Inequality and Unemployment in a Global Economy

59 Pages Posted: 17 Nov 2008 Last revised: 4 Sep 2010

See all articles by Elhanan Helpman

Elhanan Helpman

Harvard University - Department of Economics; National Bureau of Economic Research (NBER); Centre for Economic Policy Research (CEPR)

Oleg Itskhoki

Princeton University - Department of Economics

Stephen J. Redding

Princeton University

Multiple version iconThere are 2 versions of this paper

Date Written: November 2008

Abstract

This paper develops a new framework for examining the distributional consequences of trade liberalization that is consistent with increasing inequality in every country, growth in residual wage inequality, rising unemployment, and reallocation within and between industries. While the opening of trade yields welfare gains, unemployment and inequality within sectors are higher in the trade equilibrium than in the closed economy. In the open economy changes in trade openness have nonmonotonic effects on unemployment and inequality within sectors. As aggregate unemployment and inequality have within- and between-sector components, changes in sector composition following the opening of trade complicate its impact on aggregate unemployment and inequality. However, when countries are nearly symmetric, the sectoral composition effects reinforce the within-sector effects, and both aggregate inequality and aggregate unemployment rise with trade liberalization.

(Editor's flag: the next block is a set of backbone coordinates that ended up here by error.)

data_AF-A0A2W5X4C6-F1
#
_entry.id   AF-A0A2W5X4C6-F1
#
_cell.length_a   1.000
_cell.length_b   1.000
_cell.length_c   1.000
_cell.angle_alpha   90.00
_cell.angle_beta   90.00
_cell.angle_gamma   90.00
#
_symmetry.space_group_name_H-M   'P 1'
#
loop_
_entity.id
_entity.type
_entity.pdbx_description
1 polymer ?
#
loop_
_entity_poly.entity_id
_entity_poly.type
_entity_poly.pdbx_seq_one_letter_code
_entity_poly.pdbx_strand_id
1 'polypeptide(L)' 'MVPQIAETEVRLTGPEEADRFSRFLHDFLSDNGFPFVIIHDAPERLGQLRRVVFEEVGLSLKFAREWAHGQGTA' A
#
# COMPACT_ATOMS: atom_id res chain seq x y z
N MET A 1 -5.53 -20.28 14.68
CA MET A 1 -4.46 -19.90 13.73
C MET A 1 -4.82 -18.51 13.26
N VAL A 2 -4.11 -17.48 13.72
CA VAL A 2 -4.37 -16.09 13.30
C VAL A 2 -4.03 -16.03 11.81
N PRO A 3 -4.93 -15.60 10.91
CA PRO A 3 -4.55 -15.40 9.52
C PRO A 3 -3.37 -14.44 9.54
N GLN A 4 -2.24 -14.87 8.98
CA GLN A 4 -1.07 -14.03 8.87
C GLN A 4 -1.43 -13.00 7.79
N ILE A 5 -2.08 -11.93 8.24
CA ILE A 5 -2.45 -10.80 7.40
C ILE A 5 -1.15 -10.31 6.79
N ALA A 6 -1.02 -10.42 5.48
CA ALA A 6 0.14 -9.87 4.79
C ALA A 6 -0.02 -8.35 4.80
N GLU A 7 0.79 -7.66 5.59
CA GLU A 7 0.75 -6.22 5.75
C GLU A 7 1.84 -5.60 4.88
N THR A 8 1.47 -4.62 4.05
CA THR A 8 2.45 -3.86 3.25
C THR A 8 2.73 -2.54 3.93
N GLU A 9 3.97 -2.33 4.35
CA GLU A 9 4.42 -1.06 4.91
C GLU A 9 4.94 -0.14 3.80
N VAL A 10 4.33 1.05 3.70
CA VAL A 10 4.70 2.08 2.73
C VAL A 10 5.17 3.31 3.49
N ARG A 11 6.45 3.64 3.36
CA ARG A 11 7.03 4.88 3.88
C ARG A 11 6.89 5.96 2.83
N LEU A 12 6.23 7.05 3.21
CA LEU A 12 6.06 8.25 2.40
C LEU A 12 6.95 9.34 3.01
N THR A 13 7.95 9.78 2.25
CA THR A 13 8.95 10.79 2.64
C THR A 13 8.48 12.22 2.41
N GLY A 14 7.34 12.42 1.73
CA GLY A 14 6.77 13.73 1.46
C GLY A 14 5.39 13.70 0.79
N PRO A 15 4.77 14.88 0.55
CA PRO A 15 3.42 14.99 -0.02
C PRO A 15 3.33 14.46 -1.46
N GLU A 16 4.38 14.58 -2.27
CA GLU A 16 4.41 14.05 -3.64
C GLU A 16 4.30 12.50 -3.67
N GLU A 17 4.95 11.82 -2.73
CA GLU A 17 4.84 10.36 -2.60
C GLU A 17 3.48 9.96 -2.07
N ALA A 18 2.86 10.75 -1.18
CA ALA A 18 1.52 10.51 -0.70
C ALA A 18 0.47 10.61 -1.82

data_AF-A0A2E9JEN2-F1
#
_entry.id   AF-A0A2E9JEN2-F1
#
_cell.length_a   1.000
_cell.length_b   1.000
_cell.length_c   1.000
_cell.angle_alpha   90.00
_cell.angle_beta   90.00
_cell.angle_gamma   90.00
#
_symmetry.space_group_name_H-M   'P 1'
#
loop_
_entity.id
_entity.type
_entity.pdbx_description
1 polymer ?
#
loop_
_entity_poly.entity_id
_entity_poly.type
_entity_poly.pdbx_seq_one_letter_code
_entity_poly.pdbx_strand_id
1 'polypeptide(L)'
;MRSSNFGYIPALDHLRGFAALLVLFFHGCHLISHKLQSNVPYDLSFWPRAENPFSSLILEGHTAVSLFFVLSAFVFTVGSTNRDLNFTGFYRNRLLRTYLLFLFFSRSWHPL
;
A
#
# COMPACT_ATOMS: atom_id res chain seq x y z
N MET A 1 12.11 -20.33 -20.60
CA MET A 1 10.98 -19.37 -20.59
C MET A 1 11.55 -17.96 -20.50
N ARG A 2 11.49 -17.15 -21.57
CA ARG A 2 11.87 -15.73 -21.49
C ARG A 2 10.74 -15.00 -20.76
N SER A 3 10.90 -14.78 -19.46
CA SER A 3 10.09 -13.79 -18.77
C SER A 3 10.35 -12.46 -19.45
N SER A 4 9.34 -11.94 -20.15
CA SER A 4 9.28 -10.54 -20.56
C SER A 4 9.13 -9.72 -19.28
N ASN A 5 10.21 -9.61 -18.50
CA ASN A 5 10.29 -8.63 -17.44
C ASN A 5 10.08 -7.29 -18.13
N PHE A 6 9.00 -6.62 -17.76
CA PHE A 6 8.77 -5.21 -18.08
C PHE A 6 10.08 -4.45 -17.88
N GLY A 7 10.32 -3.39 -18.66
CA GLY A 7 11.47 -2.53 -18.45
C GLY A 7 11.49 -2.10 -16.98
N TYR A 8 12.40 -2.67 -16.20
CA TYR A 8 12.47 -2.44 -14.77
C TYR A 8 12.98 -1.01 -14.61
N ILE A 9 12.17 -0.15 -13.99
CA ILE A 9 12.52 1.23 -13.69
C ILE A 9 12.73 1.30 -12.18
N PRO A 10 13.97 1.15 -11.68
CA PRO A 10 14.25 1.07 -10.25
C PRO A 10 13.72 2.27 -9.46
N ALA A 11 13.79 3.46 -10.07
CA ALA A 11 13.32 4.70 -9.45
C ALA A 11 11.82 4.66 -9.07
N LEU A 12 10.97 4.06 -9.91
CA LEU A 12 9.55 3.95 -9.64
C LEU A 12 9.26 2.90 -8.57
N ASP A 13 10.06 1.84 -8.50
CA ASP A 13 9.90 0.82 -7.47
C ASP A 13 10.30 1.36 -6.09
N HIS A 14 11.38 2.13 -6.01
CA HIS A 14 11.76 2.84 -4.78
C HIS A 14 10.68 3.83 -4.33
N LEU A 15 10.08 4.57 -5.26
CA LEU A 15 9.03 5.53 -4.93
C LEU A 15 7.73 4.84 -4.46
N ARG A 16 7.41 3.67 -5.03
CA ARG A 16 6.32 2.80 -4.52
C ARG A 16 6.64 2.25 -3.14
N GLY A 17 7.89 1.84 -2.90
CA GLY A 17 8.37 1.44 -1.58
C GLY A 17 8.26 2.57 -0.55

Suggested Citation

Helpman, Elhanan and Itskhoki, Oleg and Redding, Stephen J., Inequality and Unemployment in a Global Economy (November 2008). NBER Working Paper No. w14478. Available at SSRN: https://ssrn.com/abstract=1301926

Elhanan Helpman (Contact Author)

Harvard University - Department of Economics ( email )

Littauer Center
Cambridge, MA 02138
United States
617-495-4690 (Phone)

National Bureau of Economic Research (NBER)

1050 Massachusetts Avenue
Cambridge, MA 02138
United States

Centre for Economic Policy Research (CEPR)

London
United Kingdom

Oleg Itskhoki

Princeton University - Department of Economics ( email )

Fisher 306
Princeton, NJ 08544-1021
United States
+1 (609) 258-5493 (Phone)

HOME PAGE: http://www.princeton.edu/~itskhoki

Stephen J. Redding

Princeton University ( email )

Princeton, NJ 08544-1021
United States

HOME PAGE: http://www.princeton.edu/~reddings/

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